Out of Left Field: Italian-Americans riding the sports elevator


Dr. Tom Ferraro, the marvelous commentator for Blank Slate Media, last week highlighted that there are 319,602 Italian-Americans in Nassau County.

In the 2000 Census, there were 408,572 in Suffolk.

Our two suburban counties ranked among the highest population percentage of Italian-Americans in the U.S.  (Suffolk was 2nd with 28.8), and Nassau was 7th (23.9).

I grew up in an immigrant household and have been privileged to teach immigration history. I am keenly aware of the challenges for categorizing any ethnic group.

The book I co-edited 30 years ago had the subtitle: “Salad Bowl or Melting Pot?”  My North Shore co-author, Josef Sirefman, and I focused on the spectrum experienced by all immigrants: ethnicity (staying primarily in their own ghettoes); acculturation (blending American culture with their ethnic inheritance); and assimilation (becoming primarily “Americanized”).

All those phases and phrases are complex; they call for elucidation.

However, the trend from “salad bowl” to “melting pot” is inexorable — the gauge is how many generations it takes for ethnic newcomers to fuse with other groups.

For early Italian-Americans (of which I was one), there was a tendency to be “IN America, but not OF America.”

My immigrant dad (from the beautiful Adriatic seacoast town of Casalbordino) almost never left our Little Italy ghetto.

My mother’s illiterate parents (from bella Pescara) stayed even closer to home and to “la famiglia.”

The immigrants in my 13-person household experienced a ghetto life that was later described by scholars as a “decompression chamber.”

As in the case of deep sea divers, if you tried to adjust too quickly, you were likely to get a version of the cultural ““bends.”

For those of us who grew up in those immigrant households of the 1930s and ‘40s, sports were seen as the quickest way out of the ghetto (not unlike blacks and other minorities).

We saw that professional athletics valued youth and skill over ancestry, residence or education.  The key was to get good enough at your sport to get a shot at the big time.

In our Italian-American ‘hood, like other ethnics of those decades, we were described as “sports crazy.’  Whatever the season, that was the sport we played.

We had the audacity to envision being outstanding playing every sport (unlike today’s teens, who increasingly tend to focus only on a single sport, often with special coaching).

In contrast, we advanced by playing games every day for many hours at a time.  \

So fanatical were we, that during winters, we shoveled snow off an outdoor basketball court so we could play regardless of how cold the temperature was.

Sometimes, we resorted to the creative approach of “breaking into our school” (through a coal chute) so we could shoot hoops.

Our approach to a fantasy of sports stardom was epitomized when we were in grammar school.

I have never forgotten the exchange in the late 1940s between Dominick Yozzo and one of the Culetto twins.

We all had trouble distinguishing the twins because one was called “Tony” and the other simply went through our ghetto life known as “The Twin.”

Yozzo said to one of the twins: “How are you guys doin’ in school?” The Culetto who responded said: “I ain’t doin’ too good in school, but I’m doin’ ok down the street.”

Some of us tried to bridge the ethnic “street corner society” with education skills.  No one did that better than Frank Cosentino, son of immigrants, who was the best athlete in the history of our high school.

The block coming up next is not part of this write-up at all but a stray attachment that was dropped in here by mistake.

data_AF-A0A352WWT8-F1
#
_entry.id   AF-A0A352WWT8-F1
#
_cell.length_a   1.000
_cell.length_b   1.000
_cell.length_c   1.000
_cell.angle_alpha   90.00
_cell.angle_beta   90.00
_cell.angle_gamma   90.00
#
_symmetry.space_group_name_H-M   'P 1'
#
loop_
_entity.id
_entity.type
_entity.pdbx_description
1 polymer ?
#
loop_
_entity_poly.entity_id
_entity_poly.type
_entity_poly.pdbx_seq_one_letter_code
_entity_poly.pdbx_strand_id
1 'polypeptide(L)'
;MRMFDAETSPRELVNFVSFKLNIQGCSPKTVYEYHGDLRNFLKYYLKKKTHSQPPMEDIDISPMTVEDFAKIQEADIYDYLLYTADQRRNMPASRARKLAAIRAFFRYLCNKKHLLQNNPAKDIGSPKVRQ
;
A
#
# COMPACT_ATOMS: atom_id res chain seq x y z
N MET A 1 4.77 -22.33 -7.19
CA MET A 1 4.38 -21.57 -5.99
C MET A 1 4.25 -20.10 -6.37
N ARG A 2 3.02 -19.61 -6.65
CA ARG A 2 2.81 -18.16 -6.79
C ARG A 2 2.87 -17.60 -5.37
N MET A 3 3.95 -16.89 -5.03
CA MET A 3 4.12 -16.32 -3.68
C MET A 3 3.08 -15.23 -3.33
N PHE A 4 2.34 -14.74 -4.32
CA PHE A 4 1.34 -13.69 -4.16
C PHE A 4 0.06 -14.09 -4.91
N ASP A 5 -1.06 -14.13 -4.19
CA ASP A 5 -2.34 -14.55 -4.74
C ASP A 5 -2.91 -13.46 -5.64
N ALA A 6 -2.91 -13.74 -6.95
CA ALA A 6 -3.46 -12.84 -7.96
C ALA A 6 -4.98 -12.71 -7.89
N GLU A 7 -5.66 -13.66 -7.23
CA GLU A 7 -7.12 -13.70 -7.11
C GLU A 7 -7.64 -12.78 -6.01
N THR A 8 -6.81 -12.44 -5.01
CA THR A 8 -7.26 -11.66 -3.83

He was also a superb student. He went on to graduate from Princeton where he was the starting tailback in the early ‘50s, and the number one golfer (losing only a single match during his college career).

Frank’s golf achievement is especially noteworthy.

How in the world could the son of immigrants in an Italian ghetto become so proficient at golf?

Long Island author Pietro DiDonato would understand. Frank excelled because of what DiDonato cited as Italian commitment to “Job.”

For Frank, his paying job began at age 10 as a caddy; same for all of us at a beautiful private country club.

We regularly joined Frank in playing 64 holes every Monday (which was caddy’s day).

We began at 7 a.m. and finished when light faded at 8:45 p.m. (sometimes holding lighters over the cup to complete final puts).

Like our “creative” approach using the school basketball court when the building was locked, we regularly “sneaked on to the back holes in late evening to play several holes, betting on each one of them).

Our group, the sons of immigrants, regularly won the county golf championship.

I played in the number two slot on my college team.


  1. We don’t all have to eat the same foods, but we do have to hold some things in common for our multiethnic, multiracial society to work. So here’s my top-ten list of what we should expect from those who want to become Americans (and those who are already Americans, for that matter). The list was first published in a National Review Online column [link: http://www.nationalreview.com/article/378393/e-pluribus-unum-roger-clegg ], and it is fleshed out in Congressional testimony [link: http://www.aila.org/content/fileviewer.aspx?docid=23115&linkid=164788 ]:

    1. Don’t disparage anyone else’s race or ethnicity.
    2. Respect women.
    3. Learn to speak English.
    4. Be polite.
    5. Don’t break the law.
    6. Don’t have children out of wedlock.
    7. Don’t demand anything because of your race or ethnicity.
    8. Don’t view working and studying hard as “acting white.”
    9. Don’t hold historical grudges.
    10. Be proud of being an American.


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